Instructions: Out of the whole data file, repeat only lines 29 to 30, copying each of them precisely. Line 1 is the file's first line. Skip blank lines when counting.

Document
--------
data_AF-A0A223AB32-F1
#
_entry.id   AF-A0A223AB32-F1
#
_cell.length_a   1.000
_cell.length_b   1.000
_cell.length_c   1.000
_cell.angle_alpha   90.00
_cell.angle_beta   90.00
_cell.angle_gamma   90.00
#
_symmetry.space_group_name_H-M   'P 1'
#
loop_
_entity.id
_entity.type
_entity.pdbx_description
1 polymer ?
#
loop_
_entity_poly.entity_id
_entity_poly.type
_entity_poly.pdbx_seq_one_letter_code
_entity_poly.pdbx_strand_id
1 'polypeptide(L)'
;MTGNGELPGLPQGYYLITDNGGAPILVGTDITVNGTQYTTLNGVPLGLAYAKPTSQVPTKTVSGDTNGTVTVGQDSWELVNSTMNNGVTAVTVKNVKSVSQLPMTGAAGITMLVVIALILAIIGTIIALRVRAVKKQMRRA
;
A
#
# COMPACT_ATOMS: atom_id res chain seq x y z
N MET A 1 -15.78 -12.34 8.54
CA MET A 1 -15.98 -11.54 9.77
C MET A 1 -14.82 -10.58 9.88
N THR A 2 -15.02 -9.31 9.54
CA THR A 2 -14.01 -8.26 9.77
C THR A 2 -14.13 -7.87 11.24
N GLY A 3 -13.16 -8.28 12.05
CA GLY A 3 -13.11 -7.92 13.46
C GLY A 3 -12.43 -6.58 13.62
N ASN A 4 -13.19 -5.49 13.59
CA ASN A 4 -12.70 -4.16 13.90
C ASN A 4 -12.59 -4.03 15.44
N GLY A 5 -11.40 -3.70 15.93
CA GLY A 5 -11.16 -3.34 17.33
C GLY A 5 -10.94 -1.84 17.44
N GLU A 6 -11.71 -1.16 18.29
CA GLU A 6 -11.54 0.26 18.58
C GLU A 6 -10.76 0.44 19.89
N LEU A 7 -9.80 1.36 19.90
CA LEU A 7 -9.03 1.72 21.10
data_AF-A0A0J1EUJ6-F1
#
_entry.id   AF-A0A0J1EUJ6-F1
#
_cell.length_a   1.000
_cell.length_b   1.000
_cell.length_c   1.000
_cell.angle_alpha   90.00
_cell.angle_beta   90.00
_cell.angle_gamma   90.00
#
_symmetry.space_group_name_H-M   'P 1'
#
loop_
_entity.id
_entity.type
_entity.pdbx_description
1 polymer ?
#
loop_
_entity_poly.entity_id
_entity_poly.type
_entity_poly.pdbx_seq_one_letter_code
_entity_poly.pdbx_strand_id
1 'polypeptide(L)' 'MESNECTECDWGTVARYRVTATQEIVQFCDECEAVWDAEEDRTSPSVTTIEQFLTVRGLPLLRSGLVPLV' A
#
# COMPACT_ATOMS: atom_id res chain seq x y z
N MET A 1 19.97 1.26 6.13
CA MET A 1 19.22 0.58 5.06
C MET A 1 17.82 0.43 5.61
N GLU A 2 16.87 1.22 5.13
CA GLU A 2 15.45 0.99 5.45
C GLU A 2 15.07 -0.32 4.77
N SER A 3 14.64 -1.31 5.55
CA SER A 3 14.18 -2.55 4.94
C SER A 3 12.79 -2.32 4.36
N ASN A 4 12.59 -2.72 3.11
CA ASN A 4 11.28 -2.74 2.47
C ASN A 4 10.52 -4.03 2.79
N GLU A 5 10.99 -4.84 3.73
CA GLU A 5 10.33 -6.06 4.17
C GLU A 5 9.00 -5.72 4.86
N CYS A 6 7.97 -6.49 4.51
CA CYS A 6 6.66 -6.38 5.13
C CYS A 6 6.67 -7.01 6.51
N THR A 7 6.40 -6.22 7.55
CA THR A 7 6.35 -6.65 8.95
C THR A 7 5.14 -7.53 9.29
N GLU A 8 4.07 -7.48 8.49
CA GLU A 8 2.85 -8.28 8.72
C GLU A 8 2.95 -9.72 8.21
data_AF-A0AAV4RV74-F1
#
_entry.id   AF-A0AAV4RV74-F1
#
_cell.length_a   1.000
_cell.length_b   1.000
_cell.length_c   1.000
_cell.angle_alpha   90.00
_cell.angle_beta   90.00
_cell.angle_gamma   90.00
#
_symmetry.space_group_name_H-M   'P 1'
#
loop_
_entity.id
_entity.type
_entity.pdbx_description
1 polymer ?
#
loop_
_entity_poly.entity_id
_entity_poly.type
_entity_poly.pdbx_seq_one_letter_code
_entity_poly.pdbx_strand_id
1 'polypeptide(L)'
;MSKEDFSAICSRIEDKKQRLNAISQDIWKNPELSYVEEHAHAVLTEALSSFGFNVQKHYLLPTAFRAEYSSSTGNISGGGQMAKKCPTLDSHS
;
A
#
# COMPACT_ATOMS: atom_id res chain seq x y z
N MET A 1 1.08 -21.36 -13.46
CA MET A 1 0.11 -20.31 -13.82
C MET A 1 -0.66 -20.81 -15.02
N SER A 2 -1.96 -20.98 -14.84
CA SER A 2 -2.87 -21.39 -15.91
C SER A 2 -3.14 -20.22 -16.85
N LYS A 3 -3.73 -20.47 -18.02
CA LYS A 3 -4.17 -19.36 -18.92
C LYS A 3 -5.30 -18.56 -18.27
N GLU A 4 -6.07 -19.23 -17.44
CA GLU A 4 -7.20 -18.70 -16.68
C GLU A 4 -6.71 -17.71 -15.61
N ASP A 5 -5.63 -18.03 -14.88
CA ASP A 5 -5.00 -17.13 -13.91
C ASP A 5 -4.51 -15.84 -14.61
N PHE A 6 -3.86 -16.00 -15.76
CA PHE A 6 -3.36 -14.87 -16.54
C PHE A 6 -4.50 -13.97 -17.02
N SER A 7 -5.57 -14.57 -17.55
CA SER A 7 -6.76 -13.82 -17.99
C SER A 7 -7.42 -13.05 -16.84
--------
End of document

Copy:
#
# COMPACT_ATOMS: atom_id res chain seq x y z